Joel Embiid’s hand injury is a tough blow to the Philadelphia 76ers made softer by the offseason signing that prepared them for this moment.
Joel Embiid of the Philadelphia 76ers has had a stake in the conversation for the best big man in the game over the last several years, but rarely if ever was he able to maintain a consistent bill of health.
The All-Star center would have to sit out for both spurts and prolonged stretches. The interior for the 76ers would be left exposed without any suitable backup plan available and the results speak for themselves with a modest 23-22 record in the 45 games he’s missed since 2017-18.
Al Horford wasn’t the floor-spacer or shot creator Philly desperately need after giving $180 million to Tobias Harris, but the allure of insurance for Embiid’s inevitable injury — or at the very least to reduce his minutes without decimating their nightly chances at a victory– was too attractive to pass up.
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It was a thought-process easy to understand once Horford inked a $100 million deal, but difficult to fully grasp amid the day-in, day-out where his role fluctuates on the same wavelength as Embiid’s health.
One day he’s asked to guard more out on the perimeter and space the court as the power forward. The next, Horford is protecting the basket with more scoring responsibilities on his shoulders.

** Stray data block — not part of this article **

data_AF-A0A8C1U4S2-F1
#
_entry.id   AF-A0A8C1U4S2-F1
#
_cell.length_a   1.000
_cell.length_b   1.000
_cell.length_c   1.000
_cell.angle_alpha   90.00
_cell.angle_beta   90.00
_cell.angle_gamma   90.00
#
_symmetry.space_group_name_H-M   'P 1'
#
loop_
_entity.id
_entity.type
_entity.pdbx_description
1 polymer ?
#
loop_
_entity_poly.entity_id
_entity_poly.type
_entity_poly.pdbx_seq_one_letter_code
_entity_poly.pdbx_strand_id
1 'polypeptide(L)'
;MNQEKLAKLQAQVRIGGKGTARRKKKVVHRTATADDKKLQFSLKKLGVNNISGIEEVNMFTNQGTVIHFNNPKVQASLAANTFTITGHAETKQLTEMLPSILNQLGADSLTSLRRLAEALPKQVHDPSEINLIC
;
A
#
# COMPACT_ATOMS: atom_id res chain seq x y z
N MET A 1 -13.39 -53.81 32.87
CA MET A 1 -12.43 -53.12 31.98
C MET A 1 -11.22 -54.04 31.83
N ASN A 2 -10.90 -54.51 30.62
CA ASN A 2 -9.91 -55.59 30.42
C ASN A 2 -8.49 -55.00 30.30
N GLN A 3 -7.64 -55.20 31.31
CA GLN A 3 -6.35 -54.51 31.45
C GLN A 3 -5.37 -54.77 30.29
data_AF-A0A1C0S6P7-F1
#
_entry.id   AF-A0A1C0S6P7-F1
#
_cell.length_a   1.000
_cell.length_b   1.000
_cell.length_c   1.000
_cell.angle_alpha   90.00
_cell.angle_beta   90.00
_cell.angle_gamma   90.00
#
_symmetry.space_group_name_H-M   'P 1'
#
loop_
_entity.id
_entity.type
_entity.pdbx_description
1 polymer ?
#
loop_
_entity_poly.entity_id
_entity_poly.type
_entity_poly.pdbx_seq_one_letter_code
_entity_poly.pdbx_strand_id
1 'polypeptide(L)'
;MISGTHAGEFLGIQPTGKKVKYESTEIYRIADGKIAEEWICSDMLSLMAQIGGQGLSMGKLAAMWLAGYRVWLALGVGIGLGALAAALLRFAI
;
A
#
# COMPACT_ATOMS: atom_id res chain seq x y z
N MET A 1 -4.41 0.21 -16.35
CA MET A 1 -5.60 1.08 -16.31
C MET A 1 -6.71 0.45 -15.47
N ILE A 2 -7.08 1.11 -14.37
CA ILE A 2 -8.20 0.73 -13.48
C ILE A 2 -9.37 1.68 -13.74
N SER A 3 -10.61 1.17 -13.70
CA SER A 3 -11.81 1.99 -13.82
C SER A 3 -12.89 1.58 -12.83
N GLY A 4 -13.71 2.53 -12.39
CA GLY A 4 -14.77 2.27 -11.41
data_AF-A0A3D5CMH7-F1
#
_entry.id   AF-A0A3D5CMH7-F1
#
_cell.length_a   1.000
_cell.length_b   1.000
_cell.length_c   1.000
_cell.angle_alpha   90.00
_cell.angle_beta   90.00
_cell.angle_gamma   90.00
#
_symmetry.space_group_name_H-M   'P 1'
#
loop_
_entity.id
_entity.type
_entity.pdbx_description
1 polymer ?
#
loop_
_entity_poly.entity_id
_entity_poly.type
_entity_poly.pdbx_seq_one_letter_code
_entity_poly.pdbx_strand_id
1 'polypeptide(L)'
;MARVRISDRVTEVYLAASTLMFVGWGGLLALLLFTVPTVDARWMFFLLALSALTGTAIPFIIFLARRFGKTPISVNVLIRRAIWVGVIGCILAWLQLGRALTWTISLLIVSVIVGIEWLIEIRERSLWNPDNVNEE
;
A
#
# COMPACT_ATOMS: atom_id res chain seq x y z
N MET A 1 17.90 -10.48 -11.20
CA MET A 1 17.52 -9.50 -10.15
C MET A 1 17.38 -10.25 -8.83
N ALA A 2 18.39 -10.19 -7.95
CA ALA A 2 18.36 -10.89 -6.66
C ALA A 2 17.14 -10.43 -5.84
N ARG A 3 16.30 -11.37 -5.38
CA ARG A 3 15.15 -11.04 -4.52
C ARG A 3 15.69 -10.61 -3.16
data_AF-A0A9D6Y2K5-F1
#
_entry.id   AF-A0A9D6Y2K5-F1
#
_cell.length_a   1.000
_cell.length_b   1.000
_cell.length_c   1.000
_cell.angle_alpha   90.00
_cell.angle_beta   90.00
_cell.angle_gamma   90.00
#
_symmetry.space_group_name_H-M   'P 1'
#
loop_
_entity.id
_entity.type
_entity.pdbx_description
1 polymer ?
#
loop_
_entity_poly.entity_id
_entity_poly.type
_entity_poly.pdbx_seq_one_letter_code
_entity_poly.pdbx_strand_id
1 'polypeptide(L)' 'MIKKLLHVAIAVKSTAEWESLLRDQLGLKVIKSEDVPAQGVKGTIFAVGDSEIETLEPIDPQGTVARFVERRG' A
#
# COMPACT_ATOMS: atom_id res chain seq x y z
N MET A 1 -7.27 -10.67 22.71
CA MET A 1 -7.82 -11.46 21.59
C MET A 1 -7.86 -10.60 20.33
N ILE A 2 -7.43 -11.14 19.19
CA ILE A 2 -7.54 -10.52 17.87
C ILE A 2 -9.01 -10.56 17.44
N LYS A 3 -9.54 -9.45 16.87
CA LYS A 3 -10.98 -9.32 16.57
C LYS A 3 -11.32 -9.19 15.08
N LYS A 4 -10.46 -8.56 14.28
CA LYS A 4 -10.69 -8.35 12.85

A recent 11-game stretch saw the five-time All-Star shooting just 38.7 percent from the field and 28.6 from beyond the arc. The experiment wasn’t quite living up to expectations, but a perception change may be on the horizon.
According to ESPN’s Tim Bontemps, Embiid is without a timetable to return following a torn radial collateral ligament in the fourth metacarpal in his left hand. He’ll be re-evaluated in one to two weeks following surgery, but his absence could stretch quite a bit.
And just like that, Horford’s presence is a welcome sight for a Sixers team trying to climb back up the standings from fifth in the Eastern Conference.
He’ll defend all five positions and protect the rim, attack mismatches and create wider driving lanes for his teammates operating from the center spot.
Against the Boston Celtics, Horford’s skills were on full display in the form of 17 points — his most in over a month — on 7-of-11 shooting with eight rebounds, six assists, two blocks and two 3-pointers.
The sample size is incredibly small, but Philly’s 113.5 offensive rating against the Cs would tie for the No. 2 mark in the league. And their defensive rating of 103.2 would also rank second at that end.
It’s hardly coincidental that Horford had the team’s highest net rating in the victory despite posting just the fifth-highest usage rate. His game is in the details, ones that are easier to see when he’s out of the shadows.
Despite the suggestions of some truly chaotic Twitter folks, Embiid isn’t going anywhere anytime soon. He is what makes an NBA championship a realistic goal in Philadelphia, a force that can change the game at both ends in ways few can.
He’ll eventually make his way back to the lineup and force Horford back into space he’s still getting comfortable in.
Until then, Horford must thrive as an individual while keeping the Sixers afloat and possibly push them up the standings. It’s what he was brought in to do, and now more than ever is the best time to get it done.